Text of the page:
1. Reserve Pasta Water so You Can Use it for Sauce
- The water that you have cooked pasta in has lots of starches floating, making it a powerful thickening agent! You don’t necessarily want to add it to the sauce, which is already too thin. Instead, use a bit of pasta water as the water you use in the recipe.
2. Add Cornstarch
- Cornstarch is pretty neutral in flavor and very easy to add to the sauce which has already been made. You don’t need to mix it with anything or to make a roux.
- Instead, stir in a small amount of cornstarch and let it cook for a minute or two, and you will often see results with a shockingly small amount of cornstarch.
3. Add Mashed Potatoes
- This one sounds a bit crazy, but trust me – it works perfectly! Just like four cornstarch and pasta, potatoes are loaded with starch. If you have got a cooked potato lying around, try mashing it and blending it into your sauce. You will get a bit of unique flavor, and you will thicken your sauce up quite a bit.
4. Make a Roux
- A roux is a combination of fat that has been cooked for a little bit and flour. While it takes some effort to mix flour and butter and cook them until it stops tasting flour-ey, making a roux is probably one of the most common ways an experienced chef will thicken pizza sauce. You can do that very quickly with a bit of practice!
Check Out: Learn How To Choose Potato Masher
5. Thicken Up and Reduce Your Sauce Through Cooking
- Regardless of what other techniques you use to thicken spaghetti sauce, you’ll probably want to use this one. If you let your sauce simmer over low heat for several minutes, that will cause lots of water to evaporate through the boiling process.
- You will also help blend the spices and herbs in the sauce, activate any starches you have added, and cook off any starchy flavors. You don’t have to go crazy with cook times, as 20 minutes is usually plenty.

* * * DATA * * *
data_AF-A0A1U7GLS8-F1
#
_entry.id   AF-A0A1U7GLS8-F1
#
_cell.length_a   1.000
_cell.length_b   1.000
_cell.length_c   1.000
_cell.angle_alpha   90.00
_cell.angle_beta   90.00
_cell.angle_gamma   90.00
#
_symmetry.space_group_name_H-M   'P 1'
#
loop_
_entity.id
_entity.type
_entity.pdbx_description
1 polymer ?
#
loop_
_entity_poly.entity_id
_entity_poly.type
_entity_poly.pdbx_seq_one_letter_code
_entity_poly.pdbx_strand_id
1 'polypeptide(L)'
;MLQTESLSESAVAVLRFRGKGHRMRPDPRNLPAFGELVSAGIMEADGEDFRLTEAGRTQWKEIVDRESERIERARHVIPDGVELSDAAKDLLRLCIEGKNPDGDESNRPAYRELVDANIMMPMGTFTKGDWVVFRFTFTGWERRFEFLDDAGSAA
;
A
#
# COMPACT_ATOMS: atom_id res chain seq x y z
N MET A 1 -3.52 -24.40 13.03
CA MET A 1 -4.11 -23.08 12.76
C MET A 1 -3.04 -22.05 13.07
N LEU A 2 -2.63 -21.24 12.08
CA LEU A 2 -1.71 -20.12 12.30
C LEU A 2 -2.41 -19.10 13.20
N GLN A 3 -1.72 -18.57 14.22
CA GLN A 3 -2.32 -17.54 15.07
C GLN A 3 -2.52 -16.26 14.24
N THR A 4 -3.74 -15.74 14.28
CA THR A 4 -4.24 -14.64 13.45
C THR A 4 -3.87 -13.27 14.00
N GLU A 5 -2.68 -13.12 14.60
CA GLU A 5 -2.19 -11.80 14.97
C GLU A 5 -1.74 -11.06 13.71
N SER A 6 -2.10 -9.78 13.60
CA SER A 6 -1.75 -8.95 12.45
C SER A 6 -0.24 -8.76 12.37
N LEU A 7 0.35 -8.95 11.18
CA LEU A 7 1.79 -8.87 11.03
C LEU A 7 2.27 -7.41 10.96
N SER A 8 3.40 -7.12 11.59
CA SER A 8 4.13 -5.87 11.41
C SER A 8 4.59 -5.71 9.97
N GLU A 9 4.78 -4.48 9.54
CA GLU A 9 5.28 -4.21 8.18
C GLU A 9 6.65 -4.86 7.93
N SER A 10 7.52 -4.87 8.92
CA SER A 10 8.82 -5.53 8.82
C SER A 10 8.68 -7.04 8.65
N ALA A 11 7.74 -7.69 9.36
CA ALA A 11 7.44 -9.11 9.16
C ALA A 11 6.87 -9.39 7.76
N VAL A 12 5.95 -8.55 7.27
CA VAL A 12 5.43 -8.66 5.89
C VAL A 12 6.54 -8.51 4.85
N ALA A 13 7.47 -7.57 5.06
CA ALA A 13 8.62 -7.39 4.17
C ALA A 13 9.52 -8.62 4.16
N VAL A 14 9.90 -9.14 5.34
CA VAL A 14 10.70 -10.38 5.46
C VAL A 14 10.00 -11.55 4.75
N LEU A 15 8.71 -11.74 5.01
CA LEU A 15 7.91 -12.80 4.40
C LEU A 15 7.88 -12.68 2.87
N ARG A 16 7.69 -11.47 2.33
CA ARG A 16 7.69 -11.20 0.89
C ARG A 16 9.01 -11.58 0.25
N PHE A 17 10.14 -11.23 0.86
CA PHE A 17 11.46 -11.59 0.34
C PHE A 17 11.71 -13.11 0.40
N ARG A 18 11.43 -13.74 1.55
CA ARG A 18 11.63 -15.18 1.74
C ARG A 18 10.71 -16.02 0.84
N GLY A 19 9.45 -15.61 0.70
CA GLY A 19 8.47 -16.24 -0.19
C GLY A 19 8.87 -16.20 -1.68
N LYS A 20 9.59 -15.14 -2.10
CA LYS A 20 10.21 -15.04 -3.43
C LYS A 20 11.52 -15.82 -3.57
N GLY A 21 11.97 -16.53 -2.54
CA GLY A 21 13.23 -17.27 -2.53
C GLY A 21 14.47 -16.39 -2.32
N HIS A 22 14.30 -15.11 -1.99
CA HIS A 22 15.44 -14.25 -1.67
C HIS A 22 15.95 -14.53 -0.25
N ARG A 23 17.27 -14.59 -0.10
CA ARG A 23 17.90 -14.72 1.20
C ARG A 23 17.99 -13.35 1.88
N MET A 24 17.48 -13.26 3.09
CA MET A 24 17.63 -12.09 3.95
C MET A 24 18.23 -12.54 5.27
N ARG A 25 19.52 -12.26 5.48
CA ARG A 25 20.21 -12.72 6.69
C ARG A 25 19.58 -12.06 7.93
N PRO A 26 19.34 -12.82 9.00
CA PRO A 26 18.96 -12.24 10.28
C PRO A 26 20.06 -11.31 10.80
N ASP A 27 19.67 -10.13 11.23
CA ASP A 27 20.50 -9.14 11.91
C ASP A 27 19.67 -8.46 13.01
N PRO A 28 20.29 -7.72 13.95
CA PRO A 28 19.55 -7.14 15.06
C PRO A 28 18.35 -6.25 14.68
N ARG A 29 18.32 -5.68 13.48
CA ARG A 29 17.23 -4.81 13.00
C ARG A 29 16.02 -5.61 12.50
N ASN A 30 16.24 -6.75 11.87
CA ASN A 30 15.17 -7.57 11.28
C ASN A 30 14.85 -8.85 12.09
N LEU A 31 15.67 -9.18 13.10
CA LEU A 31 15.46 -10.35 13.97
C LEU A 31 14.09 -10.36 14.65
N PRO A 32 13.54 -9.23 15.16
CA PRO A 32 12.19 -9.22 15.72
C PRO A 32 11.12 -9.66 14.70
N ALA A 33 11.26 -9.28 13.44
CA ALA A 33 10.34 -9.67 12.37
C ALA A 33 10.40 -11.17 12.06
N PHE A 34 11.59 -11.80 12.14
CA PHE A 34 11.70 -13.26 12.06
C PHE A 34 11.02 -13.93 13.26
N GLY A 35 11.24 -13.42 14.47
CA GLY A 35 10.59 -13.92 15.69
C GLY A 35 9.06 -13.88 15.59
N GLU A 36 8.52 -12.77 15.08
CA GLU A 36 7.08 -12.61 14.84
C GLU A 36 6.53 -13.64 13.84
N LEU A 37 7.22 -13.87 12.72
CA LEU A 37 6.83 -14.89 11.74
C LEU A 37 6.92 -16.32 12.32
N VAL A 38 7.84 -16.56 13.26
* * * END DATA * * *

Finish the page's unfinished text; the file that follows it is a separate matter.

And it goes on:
Reducing Sauce Like a Pro
There is a simple trick that can make the reduction process go by much more quickly! 🙂
Instead of waiting for a long time for your sauce to reduce or turning the heat up, try using a wider pot or even a pan. Your sauce’s surface area has a lot to do with how fast it will thicken up and reduce when you leave it at a simmer.
Ideally, you would use a saucier pan or another fancy pan with sloped sides, but it’s okay to use a larger saute pan, stockpot, or even a pan. As long as you increase the sauce’s surface area, the time it takes to reduce it will go down.
See Also: Our guide for choosing a stockpot.
Does spaghetti sauce need to be thick?
The traditional marinara sauce is thin. The meaty and thick spaghetti sauce you are probably familiar with is very much a modern American invention.
If you prefer your sauce this way, there is indeed nothing wrong with adding lots of hearty ingredients to your spaghetti sauce and thickening things up.
The best way to thicken spaghetti sauce
Ok, we have come to the point where I have to share my secret with you – maybe you will feel a bit disappointed because the simple combination of all of the techniques above works wonders to thicken your spaghetti!
- First of all, add a tiny amount of starch like a roux or cornstarch.
- After that, add a little bit of tomato paste to improve the flavor and thicken things up more.
- Finally, stir and simmer your sauce for at least ten minutes.
I’m sure this will impress your guests as it will give you a very thick spaghetti sauce!
If that doesn’t work correctly, you can just repeat the steps! But be sure to taste your sauce as you go. While some starches are nearly flavorless in small quantities, you will be able to taste them if you add enough to your sauce.
However, if you find yourself going overboard, you may want to add more garlic, spices, or even tomatoes to help reset the balance.
Bon appetit! 😉